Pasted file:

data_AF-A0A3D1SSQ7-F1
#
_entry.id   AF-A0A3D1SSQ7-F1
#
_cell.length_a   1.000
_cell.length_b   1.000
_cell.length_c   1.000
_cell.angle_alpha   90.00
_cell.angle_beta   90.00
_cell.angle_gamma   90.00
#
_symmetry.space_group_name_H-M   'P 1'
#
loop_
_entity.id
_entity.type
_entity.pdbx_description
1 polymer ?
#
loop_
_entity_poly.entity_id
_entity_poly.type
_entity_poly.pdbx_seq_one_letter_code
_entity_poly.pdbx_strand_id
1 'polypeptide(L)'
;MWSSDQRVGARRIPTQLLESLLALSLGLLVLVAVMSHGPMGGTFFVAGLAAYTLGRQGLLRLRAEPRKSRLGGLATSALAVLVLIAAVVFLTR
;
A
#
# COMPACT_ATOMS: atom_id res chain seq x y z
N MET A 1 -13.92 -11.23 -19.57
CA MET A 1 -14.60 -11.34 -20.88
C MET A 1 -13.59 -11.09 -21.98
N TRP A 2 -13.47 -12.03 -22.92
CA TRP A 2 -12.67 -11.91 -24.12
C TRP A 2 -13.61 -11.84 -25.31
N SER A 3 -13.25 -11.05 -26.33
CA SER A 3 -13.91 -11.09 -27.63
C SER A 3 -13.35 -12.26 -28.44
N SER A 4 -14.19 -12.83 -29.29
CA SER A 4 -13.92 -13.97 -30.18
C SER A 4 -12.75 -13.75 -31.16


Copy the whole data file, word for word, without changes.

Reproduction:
data_AF-A0A3D1SSQ7-F1
#
_entry.id   AF-A0A3D1SSQ7-F1
#
_cell.length_a   1.000
_cell.length_b   1.000
_cell.length_c   1.000
_cell.angle_alpha   90.00
_cell.angle_beta   90.00
_cell.angle_gamma   90.00
#
_symmetry.space_group_name_H-M   'P 1'
#
loop_
_entity.id
_entity.type
_entity.pdbx_description
1 polymer ?
#
loop_
_entity_poly.entity_id
_entity_poly.type
_entity_poly.pdbx_seq_one_letter_code
_entity_poly.pdbx_strand_id
1 'polypeptide(L)'
;MWSSDQRVGARRIPTQLLESLLALSLGLLVLVAVMSHGPMGGTFFVAGLAAYTLGRQGLLRLRAEPRKSRLGGLATSALAVLVLIAAVVFLTR
;
A
#
# COMPACT_ATOMS: atom_id res chain seq x y z
N MET A 1 -13.92 -11.23 -19.57
CA MET A 1 -14.60 -11.34 -20.88
C MET A 1 -13.59 -11.09 -21.98
N TRP A 2 -13.47 -12.03 -22.92
CA TRP A 2 -12.67 -11.91 -24.12
C TRP A 2 -13.61 -11.84 -25.31
N SER A 3 -13.25 -11.05 -26.33
CA SER A 3 -13.91 -11.09 -27.63
C SER A 3 -13.35 -12.26 -28.44
N SER A 4 -14.19 -12.83 -29.29
CA SER A 4 -13.92 -13.97 -30.18
C SER A 4 -12.75 -13.75 -31.16